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Senior Correspondent

‘Rogue One: A Star Wars Story’: Over It

‘Rogue One: A Star Wars Story’: Over It


After nearly 40 years of Wookies, Jedis and Imperial storm troopers, am I finally over the whole “Star Wars” thing?

The sad truth is that I was underwhelmed — sometimes flat-out bored — by “Rogue One,” the latest addition to the “SW” universe.

And here’s the thing…it’s not a bad movie. Certainly not bad like the three George Lucas-driven prequels were.

“Rogue One” is reasonably well acted and technically flawless. Moreover, it’s an attempt to make a more adult, racially-diverse “Star Wars” film, a stand-alone tale that is darker both thematically (it’s like an intergalactic Alamo where everyone goes down fighting) and visually.

Nevertheless, “Rogue One” is emotionally lifeless. I didn’t care.

Director Gareth Edwards and the producers and writers have worked so hard to hit familiar buttons of “Star Wars” mythology that the resulting film feels generic, as if it were directed by a committee rather than a single visionary individual.

The plot, for those who have been living in the spice mines of Kessel, follows the efforts of a team of rebel spies to steal the plans for the Death Star, an enterprise that will result in the destruction of said moon-sized weapon by Luke Skywalker in the original “Star Wars” movie.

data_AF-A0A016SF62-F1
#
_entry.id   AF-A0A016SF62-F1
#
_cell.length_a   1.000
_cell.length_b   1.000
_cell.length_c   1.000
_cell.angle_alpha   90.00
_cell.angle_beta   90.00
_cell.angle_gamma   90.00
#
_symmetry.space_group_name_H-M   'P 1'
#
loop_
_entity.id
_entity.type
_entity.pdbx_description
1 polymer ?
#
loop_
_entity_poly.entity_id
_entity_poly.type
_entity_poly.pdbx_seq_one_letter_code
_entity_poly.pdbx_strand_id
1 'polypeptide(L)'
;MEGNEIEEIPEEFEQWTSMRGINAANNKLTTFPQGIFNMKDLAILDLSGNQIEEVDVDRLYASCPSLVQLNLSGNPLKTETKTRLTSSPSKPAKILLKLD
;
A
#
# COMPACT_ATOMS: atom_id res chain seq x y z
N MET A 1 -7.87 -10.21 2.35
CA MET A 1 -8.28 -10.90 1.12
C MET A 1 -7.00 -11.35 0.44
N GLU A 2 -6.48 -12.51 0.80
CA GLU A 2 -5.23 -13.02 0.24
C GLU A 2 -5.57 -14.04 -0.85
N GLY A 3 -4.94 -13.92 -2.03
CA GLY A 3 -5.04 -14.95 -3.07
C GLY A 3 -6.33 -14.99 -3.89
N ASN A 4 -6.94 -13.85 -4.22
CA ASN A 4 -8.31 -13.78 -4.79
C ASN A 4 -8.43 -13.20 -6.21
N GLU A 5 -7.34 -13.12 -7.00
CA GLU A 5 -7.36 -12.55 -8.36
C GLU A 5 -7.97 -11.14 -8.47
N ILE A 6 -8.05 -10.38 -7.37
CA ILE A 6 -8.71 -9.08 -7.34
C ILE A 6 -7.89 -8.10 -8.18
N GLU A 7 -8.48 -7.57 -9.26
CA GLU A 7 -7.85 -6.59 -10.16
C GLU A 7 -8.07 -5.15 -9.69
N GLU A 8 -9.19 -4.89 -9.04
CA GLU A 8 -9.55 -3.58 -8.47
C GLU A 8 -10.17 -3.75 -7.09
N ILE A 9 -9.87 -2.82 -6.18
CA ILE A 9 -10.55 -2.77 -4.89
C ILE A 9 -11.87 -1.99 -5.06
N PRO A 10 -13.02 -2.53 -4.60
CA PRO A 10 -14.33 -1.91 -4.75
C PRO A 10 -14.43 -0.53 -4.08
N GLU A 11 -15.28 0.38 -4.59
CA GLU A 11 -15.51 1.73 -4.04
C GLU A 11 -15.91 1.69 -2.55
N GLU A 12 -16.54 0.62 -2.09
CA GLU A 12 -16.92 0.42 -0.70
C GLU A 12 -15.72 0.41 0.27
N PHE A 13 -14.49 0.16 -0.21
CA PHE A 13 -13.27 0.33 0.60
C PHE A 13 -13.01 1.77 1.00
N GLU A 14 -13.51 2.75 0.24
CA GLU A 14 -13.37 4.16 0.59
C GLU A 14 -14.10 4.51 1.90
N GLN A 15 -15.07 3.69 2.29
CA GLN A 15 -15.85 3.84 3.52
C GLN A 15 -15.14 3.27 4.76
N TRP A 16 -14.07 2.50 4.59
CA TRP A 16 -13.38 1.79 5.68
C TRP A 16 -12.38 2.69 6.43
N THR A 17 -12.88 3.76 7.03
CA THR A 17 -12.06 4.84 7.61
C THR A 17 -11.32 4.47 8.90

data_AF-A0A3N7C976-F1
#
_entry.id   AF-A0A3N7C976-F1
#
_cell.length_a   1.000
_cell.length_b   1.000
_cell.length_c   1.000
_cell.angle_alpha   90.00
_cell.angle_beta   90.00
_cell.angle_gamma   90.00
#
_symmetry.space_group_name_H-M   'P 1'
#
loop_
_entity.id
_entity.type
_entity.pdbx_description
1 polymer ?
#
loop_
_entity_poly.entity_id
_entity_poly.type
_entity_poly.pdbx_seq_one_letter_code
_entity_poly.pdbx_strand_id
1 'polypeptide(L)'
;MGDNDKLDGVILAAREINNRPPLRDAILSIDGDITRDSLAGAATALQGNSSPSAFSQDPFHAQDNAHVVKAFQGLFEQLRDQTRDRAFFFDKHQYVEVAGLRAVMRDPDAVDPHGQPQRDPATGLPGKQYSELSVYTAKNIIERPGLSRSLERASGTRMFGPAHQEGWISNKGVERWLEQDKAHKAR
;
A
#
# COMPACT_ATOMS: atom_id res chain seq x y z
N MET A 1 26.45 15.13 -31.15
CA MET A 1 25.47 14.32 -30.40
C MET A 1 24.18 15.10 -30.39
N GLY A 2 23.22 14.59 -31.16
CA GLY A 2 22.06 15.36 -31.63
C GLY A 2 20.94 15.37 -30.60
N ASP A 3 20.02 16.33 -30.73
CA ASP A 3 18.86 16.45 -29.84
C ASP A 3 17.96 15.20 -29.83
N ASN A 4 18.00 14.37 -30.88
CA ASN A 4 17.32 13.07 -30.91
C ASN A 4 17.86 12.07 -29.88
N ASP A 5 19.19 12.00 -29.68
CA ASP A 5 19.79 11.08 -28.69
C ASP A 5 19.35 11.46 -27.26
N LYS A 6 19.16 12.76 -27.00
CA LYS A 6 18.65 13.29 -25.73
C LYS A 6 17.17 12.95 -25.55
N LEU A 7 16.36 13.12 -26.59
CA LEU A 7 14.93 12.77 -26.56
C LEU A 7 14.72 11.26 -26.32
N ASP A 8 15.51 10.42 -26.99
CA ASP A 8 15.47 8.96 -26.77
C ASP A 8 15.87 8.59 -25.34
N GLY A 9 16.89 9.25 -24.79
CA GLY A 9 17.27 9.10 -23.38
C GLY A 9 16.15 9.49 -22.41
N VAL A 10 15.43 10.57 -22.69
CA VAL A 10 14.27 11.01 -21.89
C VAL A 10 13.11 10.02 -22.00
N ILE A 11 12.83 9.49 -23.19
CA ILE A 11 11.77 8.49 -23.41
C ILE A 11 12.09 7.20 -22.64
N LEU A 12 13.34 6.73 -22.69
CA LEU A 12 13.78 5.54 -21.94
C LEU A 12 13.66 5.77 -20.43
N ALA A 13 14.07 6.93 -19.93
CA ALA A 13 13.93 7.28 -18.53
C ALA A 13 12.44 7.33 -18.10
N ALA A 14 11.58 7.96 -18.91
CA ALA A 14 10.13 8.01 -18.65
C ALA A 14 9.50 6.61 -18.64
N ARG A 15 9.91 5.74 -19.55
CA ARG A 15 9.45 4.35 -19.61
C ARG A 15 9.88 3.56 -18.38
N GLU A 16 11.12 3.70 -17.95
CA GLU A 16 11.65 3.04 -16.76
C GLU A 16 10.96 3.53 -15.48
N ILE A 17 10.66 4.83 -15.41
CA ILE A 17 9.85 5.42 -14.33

Our heroine is Jyn (Felicity Jones), whose scientist father Galen (Mads Mikkelsen) was taken from her to develop the Death Star. After years of crime and imprisonment, Jyn is given an opportunity by the Rebel Alliance. She will be part of a team tasked with finding Galen and getting those precious plans. They’re a mixed bag of idealists and pragmatic warriors.

Foremost among them is Cassian (Diego Luna), the ostensible head of the team who, unbeknownst to Jyn, as been secretly ordered to assassinate her father, lest his genius bring the Death Star to completion.

Chirrut (Donnie Yen) is a blind swordsman who relies on The Force to battle enemies. A pretty obvious nod to a subgenre of samurai films, he’s got a grouchy partner (Wen Jiang) who fights with a monstrous hand cannon.

Bodhi (Riz Ahmed) is a pilot who knows his way around the Empire’s military outposts.

Best of the bunch is K-2SO (voiced by Alan Tudyk), a towering droid made by the Empire but reprogrammed to serve the Rebel Alliance. Apparently K-2SO also was given a microchip for sarcasm and irony, which he exercises regularly at the expense of his human cohorts.

Given that they’re all on a suicide mission, one expects a lot more emotional involvement than the film generates.

But the thrills and suspense are frittered away on characters that are little more than a couple of personality tics. Even Jones — so terrific in “The Theory of Everything” — and the wonderful Ben Mendelsohn as the baddie in charge of constructing the Death Star come off as bland.

It’s like everybody is too awed by being in a “Star Wars” movie to do anything the least bit adventurous.

In addition to the new characters we get glimpses of old favorites, among them R2-D2, C-3PO, Darth Vader (voiced as always by James Earl Jones), Princess Leia (Carrie Fisher, rejuvenated thanks to computer plastic surgery) and Bail Organa (Jimmy Smits).

Fascinating and frustrating is the Grand Moff Tarkin digitally created from old footage of the late Peter Cushing. It’s eerie…until he opens his mouth to speak or tries to express an emotion, and then you realize this new Tarkin is dead-eyed and empty.

The space battles are bigger than ever…but a law of diminishing returns is at work here. We’ve see this sort of thing in every “Star Wars” movie. Bigger isn’t better. Just busier.

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